Since 2010, Deploy360 has been developing a series of IPv6 technical Best Current Operational Practice (BCOP) documents that attempt to encapsulate best practices as agreed by experts in their fields, and reviewed by the global networking community.
The first IPv6 BCOP document was the popular RIPE-501 — superseded by the even more popular RIPE-554 — which discusses how to specify IPv6 functionality and compliance when ordering ICT equipment.
The next most common issue that we heard about was that helpdesks of network operators would melt down if they deployed IPv6 to their end customers as they don’t know anything about IPv6. So we built an online tool and wrote some helpdesk procedures on how to troubleshoot IPv6 issues when users call them — resulting in another useful document that was published as RIPE-631.
After addressing this, we then repeatedly heard questions about what size of IPv6 prefixes should be given to end users and should it be assigned statically or dynamically. To answer this, we put together a team of experienced co-authors from the Internet community (as with all BCOP documents) and after a year of hard work incorporating all comments and suggestions, we achieved community consensus and published this as RIPE-690 on 16 October 2017.
It’s worth noting that the same process of getting wide consensus from the Internet community was used (and will be used) for all BCOP documents.
While still working on the RIPE-690 draft, we continued to listen to the Internet community to understand other issues they had with deploying IPv6. Another issue that many people were facing was running incoming email servers on IPv6 as there are no IP reputation (black listing) mechanisms to protect from spam coming in from the Internet.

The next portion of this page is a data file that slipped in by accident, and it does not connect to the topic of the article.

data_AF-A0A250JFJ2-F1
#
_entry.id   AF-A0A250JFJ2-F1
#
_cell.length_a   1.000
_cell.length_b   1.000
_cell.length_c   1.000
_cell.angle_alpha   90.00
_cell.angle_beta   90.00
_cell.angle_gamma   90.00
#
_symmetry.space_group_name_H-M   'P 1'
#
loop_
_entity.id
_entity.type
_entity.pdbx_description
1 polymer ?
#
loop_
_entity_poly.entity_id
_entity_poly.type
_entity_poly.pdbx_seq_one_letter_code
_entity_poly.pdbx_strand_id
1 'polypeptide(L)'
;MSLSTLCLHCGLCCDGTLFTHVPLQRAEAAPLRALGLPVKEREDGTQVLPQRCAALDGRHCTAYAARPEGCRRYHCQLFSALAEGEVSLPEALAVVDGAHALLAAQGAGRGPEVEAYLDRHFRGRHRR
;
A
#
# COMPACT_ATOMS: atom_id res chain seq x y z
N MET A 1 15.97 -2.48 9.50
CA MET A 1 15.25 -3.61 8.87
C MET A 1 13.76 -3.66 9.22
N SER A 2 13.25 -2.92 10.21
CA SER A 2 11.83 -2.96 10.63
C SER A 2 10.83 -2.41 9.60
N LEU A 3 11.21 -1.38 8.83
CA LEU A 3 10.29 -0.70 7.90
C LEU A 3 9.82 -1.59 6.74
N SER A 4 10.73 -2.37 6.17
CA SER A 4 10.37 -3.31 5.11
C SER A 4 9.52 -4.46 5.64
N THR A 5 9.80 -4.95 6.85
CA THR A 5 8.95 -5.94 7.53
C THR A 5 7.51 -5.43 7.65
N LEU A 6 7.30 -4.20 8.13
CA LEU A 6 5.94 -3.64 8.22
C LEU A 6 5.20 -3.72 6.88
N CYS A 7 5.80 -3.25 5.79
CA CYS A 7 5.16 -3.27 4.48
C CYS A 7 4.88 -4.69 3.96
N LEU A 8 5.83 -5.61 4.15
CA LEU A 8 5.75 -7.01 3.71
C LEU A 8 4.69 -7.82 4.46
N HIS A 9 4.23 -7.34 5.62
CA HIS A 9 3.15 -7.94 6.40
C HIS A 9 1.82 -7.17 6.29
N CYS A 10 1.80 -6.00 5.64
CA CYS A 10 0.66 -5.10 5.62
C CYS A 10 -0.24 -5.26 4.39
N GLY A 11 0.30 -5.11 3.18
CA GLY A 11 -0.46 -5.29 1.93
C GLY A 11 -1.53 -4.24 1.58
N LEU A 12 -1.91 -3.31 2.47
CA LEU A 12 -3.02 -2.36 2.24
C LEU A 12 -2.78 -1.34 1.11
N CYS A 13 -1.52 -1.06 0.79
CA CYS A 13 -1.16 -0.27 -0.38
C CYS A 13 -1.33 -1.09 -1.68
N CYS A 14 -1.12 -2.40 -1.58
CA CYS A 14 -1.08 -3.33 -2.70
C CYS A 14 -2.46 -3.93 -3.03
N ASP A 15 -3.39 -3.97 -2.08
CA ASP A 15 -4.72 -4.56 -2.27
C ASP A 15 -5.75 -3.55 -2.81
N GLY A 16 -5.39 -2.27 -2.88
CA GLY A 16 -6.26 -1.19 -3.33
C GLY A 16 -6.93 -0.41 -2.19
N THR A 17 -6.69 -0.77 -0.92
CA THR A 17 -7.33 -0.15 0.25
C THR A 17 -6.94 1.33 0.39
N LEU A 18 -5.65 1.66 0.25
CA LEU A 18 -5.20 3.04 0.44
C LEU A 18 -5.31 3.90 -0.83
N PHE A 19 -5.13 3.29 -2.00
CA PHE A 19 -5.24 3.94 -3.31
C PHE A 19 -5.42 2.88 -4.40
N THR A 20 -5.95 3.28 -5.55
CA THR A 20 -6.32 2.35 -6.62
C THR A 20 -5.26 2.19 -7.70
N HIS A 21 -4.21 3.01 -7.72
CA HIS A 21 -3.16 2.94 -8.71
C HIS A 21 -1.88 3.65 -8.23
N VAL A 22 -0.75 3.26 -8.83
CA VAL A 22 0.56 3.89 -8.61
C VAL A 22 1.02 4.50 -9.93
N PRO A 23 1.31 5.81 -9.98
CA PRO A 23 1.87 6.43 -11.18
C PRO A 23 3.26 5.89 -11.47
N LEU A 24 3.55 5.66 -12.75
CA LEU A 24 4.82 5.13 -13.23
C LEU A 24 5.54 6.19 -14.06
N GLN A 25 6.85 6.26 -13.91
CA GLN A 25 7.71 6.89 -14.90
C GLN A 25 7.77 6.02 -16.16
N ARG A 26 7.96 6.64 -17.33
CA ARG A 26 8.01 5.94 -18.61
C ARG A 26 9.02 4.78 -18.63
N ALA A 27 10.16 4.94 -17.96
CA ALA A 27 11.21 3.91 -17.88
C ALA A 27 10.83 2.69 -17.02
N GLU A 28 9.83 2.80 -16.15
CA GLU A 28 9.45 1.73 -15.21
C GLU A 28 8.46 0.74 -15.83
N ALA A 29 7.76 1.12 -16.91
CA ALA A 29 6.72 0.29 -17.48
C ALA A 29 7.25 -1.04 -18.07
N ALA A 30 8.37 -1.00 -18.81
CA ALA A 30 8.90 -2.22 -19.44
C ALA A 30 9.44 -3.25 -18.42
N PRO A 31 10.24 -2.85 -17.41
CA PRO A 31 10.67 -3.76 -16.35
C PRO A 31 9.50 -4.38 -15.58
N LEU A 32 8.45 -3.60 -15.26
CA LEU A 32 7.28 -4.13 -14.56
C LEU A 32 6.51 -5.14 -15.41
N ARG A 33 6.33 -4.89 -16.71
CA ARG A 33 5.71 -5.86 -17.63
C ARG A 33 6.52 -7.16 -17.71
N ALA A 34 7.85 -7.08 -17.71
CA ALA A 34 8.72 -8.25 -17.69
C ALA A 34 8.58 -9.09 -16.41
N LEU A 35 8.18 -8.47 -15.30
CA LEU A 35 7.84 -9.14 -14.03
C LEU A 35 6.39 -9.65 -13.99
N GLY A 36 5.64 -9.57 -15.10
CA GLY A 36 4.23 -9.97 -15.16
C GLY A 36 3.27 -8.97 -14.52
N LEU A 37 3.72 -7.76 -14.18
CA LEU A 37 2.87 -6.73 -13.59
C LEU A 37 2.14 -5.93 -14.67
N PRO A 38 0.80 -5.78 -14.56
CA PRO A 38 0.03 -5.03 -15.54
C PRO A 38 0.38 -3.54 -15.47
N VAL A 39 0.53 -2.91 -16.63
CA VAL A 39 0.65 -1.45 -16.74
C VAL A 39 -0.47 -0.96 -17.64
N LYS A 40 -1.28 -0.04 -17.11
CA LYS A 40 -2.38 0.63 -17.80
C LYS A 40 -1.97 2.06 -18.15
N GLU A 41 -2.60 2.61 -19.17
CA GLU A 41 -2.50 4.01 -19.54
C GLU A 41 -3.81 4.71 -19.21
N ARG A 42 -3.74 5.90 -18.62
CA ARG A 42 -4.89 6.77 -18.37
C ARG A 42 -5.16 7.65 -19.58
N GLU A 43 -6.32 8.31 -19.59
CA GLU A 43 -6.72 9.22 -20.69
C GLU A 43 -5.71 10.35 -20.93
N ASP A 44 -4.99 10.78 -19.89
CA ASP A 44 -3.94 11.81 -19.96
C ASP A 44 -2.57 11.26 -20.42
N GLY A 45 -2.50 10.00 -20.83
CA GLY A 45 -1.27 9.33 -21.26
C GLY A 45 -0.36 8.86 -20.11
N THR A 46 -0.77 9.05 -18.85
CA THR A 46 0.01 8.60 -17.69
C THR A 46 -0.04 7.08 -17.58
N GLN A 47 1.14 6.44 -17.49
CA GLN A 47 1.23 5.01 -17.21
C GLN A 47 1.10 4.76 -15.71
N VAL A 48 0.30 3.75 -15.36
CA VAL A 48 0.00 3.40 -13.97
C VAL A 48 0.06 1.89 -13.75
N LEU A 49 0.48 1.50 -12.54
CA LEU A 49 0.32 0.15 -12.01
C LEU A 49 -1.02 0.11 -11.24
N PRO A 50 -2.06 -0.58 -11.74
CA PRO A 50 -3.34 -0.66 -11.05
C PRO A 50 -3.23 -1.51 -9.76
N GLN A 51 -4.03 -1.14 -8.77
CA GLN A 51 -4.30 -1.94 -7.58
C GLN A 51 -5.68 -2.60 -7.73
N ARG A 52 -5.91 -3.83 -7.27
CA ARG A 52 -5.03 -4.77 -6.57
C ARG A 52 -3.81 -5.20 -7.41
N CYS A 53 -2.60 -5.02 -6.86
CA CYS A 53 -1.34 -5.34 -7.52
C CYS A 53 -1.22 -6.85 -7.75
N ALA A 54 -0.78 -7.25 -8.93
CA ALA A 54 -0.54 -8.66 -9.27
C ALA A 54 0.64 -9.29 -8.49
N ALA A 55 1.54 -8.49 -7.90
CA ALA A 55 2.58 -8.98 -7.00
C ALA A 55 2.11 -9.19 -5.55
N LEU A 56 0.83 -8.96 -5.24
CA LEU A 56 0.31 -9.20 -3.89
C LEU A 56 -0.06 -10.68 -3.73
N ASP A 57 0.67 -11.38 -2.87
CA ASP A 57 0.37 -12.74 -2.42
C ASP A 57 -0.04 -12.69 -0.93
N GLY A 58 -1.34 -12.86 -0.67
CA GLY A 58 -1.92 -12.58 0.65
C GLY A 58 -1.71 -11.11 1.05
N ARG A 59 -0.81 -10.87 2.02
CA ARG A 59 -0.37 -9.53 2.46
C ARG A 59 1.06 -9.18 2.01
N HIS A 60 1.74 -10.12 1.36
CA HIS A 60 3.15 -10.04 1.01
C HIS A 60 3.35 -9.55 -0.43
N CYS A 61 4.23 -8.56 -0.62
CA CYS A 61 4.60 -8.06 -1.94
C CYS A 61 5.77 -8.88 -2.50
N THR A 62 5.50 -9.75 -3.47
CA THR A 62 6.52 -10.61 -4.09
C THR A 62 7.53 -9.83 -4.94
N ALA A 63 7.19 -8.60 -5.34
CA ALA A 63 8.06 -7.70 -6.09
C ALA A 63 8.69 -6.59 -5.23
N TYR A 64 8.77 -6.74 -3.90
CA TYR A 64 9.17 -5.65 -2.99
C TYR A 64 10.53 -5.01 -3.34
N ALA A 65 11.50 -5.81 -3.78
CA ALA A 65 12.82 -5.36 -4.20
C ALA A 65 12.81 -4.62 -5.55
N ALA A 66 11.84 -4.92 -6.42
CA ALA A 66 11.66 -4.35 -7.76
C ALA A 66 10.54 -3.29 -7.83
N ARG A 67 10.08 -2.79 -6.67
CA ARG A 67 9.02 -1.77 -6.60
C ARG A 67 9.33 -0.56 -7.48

We thought this was relevant enough to again ask for experienced volunteers from the Internet community to start documenting some best current operational practices in this area. We signed up Sander Steffann, Jordi Palet Martinez, Nasser Heidari, Aaron Hughes and myself (Jan Žorž) as initial authors, and are also working in cooperation with the M3AAWG community and the Latin America & Caribbean BCOP Task Force through their co-chairs Ariel Weher and Luis Balbinot.
The call for volunteers is always open: if you are an experienced system or network operator who’s running your email server on IPv6, and are successfully detecting and blocking spam along with other email attacks, please send an email to firstname.lastname@example.org to contribute to this new BCOP document. It’ll be a lot of work before we reach consensus, but this just means the advice we provide will be effective and useful for operational setups.
We’re just starting to put together this BCOP document and we’re planning to publicly share it when there’s something substantive to review.
Original post appeared on the Internet Society Blog.
Jan Žorž works for the Internet Society (ISOC) and is an IPv6 specialist.
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